Monday, July 12, 2010

On A Pair Of Victories, Part Two, Or, DOMA Ruled Unconstitutionally Irrational

We are back, just a bit late, to wrap up the discussion we began about the pair of rulings issued in Boston by Federal District Judge Joseph Tauro this week that declare the federal Defense of Marriage Act (DOMA) unconstitutional.

In the first half of the conversation, we examined the ruling in Commonwealth of Massachusetts v Department of Health and Human Services (HHS), today we examine the companion case, Gill v Office of Personnel Management (OPM).

I don’t usually tell you the end of the story at the beginning, but this time I will: there are a lot of happy Plaintiffs this week, and the Federal Government, as Defendant (whom I will refer to as “the Feds” from time to time), is not so happy at the moment.

As with last time, there’s a lot of ground to cover, and the sooner we get to it, the better.

In the companion case, Massachusetts v HHS, the Plaintiff was the State of Massachusetts, who alleged, convincingly, that the DOMA definition of “spouse” was forcing the State to illegally discriminate against its own citizens.

Today’s Plaintiffs are seven same-sex couples, all legally married in Massachusetts, and three survivors of same-sex spouses.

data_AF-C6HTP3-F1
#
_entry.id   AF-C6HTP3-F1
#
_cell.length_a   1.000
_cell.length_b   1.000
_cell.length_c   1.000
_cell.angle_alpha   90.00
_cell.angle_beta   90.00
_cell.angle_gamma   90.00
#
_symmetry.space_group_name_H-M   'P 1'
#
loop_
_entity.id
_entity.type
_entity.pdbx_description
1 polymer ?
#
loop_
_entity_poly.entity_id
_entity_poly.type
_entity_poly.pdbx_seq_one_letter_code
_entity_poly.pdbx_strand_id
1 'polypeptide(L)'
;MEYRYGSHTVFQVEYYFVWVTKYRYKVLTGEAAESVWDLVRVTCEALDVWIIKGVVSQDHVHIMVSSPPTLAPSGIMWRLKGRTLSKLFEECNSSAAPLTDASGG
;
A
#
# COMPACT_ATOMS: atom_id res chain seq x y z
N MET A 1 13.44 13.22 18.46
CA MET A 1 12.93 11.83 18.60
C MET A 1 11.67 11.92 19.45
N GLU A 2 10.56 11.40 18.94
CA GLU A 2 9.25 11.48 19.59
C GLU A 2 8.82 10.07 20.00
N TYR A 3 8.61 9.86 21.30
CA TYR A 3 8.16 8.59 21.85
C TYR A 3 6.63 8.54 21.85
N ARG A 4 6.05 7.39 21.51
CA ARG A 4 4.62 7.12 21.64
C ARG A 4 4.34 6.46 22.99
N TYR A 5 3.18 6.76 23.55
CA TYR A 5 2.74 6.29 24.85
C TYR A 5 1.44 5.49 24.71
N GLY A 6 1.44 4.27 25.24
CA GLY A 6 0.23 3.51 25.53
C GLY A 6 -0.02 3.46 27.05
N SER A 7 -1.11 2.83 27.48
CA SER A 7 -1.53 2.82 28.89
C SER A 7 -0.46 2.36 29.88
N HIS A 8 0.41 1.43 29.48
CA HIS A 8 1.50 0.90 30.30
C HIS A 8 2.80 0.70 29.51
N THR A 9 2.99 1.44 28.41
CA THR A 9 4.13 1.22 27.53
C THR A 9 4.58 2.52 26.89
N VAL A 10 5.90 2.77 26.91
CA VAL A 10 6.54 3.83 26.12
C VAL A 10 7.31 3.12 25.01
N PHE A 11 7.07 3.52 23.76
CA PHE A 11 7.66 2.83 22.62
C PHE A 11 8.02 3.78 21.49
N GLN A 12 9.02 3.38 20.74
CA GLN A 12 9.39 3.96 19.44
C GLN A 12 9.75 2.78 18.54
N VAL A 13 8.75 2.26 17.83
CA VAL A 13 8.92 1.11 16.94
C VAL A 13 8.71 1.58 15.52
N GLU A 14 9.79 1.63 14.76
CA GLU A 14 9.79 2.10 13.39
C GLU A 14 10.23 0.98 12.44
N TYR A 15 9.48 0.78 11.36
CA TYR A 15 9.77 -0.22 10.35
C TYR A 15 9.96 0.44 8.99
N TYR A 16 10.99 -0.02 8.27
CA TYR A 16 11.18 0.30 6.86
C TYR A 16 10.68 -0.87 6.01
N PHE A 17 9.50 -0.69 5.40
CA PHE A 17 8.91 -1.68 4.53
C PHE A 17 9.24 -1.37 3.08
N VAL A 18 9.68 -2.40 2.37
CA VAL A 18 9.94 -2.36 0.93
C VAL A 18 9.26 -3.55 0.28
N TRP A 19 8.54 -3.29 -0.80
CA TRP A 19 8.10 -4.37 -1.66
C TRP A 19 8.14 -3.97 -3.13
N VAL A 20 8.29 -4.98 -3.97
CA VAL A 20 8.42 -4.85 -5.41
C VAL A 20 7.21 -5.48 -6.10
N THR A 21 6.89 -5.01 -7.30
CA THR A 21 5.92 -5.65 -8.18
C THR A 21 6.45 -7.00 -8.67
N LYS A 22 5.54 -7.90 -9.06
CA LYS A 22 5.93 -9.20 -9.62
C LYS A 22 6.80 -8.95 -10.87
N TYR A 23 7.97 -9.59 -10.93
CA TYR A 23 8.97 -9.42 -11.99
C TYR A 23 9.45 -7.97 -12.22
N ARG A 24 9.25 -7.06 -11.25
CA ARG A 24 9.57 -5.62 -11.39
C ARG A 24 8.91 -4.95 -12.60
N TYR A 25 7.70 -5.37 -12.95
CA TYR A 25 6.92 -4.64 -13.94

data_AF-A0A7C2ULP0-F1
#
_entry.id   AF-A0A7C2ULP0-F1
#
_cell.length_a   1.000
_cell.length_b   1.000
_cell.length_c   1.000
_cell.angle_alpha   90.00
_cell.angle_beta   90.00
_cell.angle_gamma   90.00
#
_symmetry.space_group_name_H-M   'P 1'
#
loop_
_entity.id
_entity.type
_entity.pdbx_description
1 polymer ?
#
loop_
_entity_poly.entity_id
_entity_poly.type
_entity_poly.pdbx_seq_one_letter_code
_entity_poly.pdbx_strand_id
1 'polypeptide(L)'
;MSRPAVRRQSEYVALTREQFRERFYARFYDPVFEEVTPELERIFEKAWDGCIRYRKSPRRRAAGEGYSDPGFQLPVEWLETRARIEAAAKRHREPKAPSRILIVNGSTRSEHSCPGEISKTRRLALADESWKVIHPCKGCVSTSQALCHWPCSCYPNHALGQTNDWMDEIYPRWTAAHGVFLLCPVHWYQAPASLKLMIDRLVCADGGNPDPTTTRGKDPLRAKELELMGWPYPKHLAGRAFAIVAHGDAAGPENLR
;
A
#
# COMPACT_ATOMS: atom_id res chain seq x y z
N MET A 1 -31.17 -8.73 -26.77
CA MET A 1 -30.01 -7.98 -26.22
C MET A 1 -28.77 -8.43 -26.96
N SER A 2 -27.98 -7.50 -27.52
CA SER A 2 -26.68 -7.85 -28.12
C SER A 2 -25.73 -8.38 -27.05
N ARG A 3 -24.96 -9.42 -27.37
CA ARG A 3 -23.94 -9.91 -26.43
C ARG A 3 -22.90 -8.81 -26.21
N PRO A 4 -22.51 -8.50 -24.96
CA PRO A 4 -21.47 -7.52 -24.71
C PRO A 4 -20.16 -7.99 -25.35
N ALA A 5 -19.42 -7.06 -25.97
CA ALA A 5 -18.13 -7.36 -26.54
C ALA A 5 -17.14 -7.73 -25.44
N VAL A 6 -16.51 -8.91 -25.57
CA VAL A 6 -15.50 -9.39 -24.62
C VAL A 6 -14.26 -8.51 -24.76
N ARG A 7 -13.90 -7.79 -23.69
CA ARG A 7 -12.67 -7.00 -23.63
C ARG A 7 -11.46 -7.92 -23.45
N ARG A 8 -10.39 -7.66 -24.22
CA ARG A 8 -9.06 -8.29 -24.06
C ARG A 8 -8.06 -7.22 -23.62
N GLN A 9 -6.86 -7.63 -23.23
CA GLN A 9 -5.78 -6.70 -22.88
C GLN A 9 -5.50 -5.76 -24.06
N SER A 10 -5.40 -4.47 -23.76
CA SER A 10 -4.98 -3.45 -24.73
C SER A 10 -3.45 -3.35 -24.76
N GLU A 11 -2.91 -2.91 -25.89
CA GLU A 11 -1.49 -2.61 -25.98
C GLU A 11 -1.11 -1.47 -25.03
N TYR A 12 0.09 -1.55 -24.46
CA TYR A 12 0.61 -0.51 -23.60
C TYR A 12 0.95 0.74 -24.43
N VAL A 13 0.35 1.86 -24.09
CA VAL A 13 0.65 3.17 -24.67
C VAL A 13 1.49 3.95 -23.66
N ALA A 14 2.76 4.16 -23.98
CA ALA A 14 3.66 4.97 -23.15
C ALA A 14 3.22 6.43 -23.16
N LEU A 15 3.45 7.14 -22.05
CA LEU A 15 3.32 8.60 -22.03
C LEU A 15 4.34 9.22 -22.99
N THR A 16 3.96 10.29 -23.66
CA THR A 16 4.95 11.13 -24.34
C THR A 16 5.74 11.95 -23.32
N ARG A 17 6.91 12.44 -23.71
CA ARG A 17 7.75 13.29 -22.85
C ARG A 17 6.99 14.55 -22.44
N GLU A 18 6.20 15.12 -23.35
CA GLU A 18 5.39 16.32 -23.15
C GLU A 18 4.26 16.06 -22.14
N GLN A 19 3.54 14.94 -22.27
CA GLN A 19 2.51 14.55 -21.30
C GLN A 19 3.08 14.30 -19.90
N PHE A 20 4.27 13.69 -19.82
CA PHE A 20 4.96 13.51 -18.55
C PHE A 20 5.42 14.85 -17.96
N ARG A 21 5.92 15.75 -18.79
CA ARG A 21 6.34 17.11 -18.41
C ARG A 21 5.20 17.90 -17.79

They all seek to overturn Section 3 of DOMA; the definitions of “marriage” and “spouse” are the issue in question.

The Feds report that Congress is acting under the authority of Article IV Section 1 of the US Constitution, which allows them to determine the “effect” of certain legal instruments issued by the various states:

“Full Faith and Credit shall be given in each State to the public Acts, Records, and judicial Proceedings of every other State. And the Congress may by general Laws prescribe the Manner in which such Acts, Records and Proceedings shall be proved, and the Effect thereof.”

When DOMA (H.R. 3396 (104th)) was enacted, in 1996, Section 2 changed the “effect” of marriage by allowing one State, for the first time, to ignore the legal proceedings of another:

"No State, territory, or possession of the United States, or Indian tribe, shall be required to give effect to any public act, record, or judicial proceeding of any other State, territory, possession, or tribe respecting a relationship between persons of the same sex that is treated as a marriage under the laws of such other State, territory, possession, or tribe, or a right or claim arising from such relationship."

The Federal Government also refuses to recognize that same-sex couples are married, and over the years several of these Plaintiffs, who are federal employees, have been trying to enroll their same-sex spouses in various federal health care plans, including the surviving spouse of now-deceased former Representative Gerry Studds; all were denied.